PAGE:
- French police 'in crisis' due to strain of working conditions
- French police warn the government: 'We're at breaking point'
After several hours of negotiations between France's Interior Minister Christophe Castaner and France's three main police unions, an agreement was finally reached regarding officers' salaries.
“We have just signed an agreement with the Minister of the Interior — an agreement on a salary increase for police officers,” Yves Lefebvre, General Secretary of the Unité-SGP police union, told the French press.
“That's what we wanted, we wanted an immediate improvement in purchasing power,” he said. “Today we got what we wanted.”
Jean-Claude Delage from the Alliance union described the agreement as a “significant” step forward.
Police have long complained of exhausting hours of patrols and chronic under-investment in equipment which have stretched departments to the breaking point and taken a heavy toll on the force. The crisis has only become exacerbated by the month-long yellow vest protests and the high heightened terror alert.
The understanding reached between the government and the police unions will see an average monthly wage increase of €120 for officers who are at the beginning of their careers, which will be introduced between January 1st 2019 and January 1st 2020.
There will also be a wage increase of €120 to €150 for more experienced officers.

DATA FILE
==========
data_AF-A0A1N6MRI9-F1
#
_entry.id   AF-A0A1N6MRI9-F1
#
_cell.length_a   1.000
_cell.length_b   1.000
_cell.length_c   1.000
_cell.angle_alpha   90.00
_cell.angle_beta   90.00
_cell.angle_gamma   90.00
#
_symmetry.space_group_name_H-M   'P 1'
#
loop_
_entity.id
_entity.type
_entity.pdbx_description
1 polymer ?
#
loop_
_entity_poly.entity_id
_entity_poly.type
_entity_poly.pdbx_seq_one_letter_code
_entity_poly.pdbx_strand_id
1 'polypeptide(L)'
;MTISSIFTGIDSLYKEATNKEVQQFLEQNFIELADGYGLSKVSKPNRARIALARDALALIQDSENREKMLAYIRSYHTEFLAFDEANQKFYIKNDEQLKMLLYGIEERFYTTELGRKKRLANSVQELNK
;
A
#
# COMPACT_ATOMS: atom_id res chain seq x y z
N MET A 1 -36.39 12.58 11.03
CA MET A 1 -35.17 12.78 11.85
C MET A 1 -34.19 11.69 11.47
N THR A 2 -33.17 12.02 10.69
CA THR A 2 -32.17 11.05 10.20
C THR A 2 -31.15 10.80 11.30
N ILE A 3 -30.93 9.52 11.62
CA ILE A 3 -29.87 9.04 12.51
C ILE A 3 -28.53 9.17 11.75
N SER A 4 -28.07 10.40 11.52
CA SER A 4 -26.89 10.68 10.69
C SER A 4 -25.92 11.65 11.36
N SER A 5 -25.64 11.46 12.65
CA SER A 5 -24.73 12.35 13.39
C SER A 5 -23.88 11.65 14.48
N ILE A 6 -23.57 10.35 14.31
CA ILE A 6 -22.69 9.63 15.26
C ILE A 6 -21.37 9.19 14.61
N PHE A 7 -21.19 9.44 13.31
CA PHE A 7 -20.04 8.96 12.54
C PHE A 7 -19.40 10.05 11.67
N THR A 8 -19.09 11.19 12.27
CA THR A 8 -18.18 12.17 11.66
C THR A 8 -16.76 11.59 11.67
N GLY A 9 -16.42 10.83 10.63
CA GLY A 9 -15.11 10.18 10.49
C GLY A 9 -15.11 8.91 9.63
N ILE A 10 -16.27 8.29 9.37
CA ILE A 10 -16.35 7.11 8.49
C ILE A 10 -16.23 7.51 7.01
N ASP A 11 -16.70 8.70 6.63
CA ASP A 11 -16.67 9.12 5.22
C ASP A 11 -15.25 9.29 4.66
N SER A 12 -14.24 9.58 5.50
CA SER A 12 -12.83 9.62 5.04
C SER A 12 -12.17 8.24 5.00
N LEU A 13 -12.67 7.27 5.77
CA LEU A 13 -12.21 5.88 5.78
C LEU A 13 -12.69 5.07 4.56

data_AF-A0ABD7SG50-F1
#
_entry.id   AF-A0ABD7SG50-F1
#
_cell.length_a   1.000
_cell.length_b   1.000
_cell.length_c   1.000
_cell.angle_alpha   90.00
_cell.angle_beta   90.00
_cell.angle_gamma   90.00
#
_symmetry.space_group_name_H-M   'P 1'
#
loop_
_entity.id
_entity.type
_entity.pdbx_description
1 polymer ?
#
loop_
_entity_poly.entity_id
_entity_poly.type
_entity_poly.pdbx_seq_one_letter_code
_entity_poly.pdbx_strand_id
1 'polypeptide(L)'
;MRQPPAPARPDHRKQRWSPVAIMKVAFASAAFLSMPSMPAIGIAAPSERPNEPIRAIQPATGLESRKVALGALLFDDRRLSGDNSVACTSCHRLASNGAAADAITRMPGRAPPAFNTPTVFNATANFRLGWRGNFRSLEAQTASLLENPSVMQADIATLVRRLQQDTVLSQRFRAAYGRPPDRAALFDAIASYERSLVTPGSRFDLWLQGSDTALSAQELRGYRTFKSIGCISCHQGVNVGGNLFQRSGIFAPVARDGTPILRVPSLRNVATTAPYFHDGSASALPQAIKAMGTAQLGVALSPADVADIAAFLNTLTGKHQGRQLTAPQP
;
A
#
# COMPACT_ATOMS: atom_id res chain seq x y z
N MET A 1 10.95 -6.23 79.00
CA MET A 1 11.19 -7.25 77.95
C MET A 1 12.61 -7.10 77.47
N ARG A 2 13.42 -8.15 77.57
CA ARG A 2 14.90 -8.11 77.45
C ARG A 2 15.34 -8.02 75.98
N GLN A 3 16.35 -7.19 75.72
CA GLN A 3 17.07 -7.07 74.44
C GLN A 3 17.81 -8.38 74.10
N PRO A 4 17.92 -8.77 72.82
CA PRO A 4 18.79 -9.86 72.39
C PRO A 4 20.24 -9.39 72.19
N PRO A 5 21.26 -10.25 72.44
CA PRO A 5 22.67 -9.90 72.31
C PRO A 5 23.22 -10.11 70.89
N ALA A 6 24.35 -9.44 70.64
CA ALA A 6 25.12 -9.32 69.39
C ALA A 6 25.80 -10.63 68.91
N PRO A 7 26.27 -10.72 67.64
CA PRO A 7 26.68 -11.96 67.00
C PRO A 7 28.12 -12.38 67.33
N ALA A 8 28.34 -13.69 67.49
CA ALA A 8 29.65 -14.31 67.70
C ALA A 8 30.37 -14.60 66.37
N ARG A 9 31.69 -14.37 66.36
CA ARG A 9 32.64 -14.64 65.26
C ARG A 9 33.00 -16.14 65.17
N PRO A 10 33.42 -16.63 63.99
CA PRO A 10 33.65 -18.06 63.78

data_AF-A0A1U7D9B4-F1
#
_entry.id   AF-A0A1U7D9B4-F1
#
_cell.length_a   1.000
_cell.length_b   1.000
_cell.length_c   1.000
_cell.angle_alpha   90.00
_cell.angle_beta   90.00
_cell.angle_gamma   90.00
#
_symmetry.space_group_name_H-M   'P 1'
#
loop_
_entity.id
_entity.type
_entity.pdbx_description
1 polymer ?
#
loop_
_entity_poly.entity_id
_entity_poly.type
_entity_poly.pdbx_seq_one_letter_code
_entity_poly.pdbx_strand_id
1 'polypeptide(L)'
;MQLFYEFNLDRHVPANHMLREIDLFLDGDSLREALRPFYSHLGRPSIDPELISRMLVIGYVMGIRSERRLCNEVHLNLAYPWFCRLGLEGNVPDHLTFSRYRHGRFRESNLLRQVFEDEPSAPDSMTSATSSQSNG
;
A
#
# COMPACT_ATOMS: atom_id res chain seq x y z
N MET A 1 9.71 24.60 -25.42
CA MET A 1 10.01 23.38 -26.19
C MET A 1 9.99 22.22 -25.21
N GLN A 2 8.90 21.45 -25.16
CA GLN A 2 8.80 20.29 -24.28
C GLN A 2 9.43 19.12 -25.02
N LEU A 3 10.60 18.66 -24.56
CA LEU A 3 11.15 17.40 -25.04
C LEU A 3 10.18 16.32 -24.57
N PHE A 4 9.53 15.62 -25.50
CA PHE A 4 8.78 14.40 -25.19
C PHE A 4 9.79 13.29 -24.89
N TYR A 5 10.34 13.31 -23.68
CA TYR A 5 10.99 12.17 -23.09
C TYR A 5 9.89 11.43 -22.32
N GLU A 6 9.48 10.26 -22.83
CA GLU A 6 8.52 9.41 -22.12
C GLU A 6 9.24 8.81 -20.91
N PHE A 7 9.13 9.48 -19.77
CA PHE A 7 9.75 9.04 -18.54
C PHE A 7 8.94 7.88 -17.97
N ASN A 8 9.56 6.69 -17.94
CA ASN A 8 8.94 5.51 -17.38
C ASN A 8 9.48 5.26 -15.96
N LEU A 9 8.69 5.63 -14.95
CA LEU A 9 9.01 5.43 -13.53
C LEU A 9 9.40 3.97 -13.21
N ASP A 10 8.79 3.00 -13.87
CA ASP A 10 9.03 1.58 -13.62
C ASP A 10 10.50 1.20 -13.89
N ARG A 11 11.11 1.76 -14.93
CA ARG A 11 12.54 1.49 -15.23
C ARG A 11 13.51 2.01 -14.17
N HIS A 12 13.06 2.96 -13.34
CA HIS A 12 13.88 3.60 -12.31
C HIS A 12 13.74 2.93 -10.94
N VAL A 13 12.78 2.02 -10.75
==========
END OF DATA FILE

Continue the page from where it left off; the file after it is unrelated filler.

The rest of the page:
Part of the increase — €40 per month — will be acknowledged from January 1st 2019 and the rest will be gradually introduced, said Castaner and Secretary of State, Laurent Nuñez on Wednesday.
The interior minister has also promised to pay the €275 million that the French state owes the police in unpaid overtime.
Police officers in France are reportedly owed a total of 23 million hours in overtime. The figure is for extra hours worked over decades but it has ballooned in recent weeks due to the “yellow vest” protests.
The payment terms will be determined according to a multi-year plan, according to reports.
The negotiations came after a day of protest which saw police officers respond to calls from unions to “do the minimum”, meaning only respond to emergencies, as well as block the entrances of local police stations (commissariats).
The negotiations began in a meeting on Tuesday evening but they failed to find a solution to quell the anger.
As a result of the salary increase the €300 bonus initially proposed as a way of compensating police officers after the extra work they put in over the “yellow vest” protests will now only be given to technical, scientific and administrative staff and prefecture employees whose working hours were affected by the demonstrations.
However not all unions were happy with the agreement.
The Alternative Police union responded by saying: “The police are not for sale!”, arguing that the deal fails to address the deeper concerns of the French police force.
“While purchasing power is a constant concern for police officers… Alternative Police notes that no substantive measure on the alarming situation of the national police has been introduced.”
The union said that serious issues such as the high level of police suicide, which is 36 percent higher than the rest of the population, the lack of work/life balance and the insalubrious working conditions French police have to endure are among those which have not been addressed.
As a result the Alternative Police union said it has “not excluded taking to the streets in mid-January.”